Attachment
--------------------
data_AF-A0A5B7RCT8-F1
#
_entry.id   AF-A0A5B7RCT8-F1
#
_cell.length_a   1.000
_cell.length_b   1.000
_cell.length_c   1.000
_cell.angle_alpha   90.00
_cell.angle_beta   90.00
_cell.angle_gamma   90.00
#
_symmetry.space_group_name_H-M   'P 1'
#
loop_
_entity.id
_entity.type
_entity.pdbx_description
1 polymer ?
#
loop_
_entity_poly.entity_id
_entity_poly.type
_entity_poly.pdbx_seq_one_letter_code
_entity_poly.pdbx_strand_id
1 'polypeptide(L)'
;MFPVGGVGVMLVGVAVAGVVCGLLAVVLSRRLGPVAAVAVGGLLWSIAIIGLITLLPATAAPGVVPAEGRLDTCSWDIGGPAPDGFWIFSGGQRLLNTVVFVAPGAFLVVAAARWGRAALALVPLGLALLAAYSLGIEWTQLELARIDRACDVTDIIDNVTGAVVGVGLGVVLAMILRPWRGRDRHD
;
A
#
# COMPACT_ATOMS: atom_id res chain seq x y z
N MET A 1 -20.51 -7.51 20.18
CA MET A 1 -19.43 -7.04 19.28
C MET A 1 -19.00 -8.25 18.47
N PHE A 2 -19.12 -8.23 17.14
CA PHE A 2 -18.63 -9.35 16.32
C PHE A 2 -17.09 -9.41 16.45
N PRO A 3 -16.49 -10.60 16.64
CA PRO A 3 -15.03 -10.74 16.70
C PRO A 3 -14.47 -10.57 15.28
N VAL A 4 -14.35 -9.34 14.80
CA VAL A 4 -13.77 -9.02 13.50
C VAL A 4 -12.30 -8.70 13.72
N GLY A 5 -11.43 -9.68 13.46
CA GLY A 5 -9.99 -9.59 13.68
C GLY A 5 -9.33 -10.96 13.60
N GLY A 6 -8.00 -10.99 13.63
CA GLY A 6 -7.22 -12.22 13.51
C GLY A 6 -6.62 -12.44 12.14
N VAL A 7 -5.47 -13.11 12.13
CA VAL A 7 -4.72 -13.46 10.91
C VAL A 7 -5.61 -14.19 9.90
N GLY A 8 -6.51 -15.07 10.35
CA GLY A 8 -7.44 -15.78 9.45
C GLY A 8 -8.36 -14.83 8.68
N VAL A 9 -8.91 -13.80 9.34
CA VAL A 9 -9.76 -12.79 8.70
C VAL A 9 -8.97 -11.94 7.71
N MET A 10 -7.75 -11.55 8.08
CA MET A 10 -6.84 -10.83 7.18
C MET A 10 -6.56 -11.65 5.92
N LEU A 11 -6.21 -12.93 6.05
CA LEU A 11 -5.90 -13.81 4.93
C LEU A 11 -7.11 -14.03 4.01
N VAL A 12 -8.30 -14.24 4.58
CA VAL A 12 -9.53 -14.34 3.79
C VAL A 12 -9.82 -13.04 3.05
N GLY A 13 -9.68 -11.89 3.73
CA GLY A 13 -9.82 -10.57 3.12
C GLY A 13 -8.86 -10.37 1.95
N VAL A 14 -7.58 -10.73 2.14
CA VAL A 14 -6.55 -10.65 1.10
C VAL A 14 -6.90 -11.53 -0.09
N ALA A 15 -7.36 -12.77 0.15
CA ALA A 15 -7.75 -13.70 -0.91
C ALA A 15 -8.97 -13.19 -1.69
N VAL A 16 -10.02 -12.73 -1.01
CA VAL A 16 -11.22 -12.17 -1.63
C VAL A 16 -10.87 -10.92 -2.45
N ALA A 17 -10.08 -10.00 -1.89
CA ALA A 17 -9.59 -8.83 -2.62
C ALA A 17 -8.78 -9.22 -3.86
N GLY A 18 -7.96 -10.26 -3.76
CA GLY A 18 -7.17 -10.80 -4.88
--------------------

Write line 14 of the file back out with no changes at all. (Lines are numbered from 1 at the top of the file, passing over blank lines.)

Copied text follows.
loop_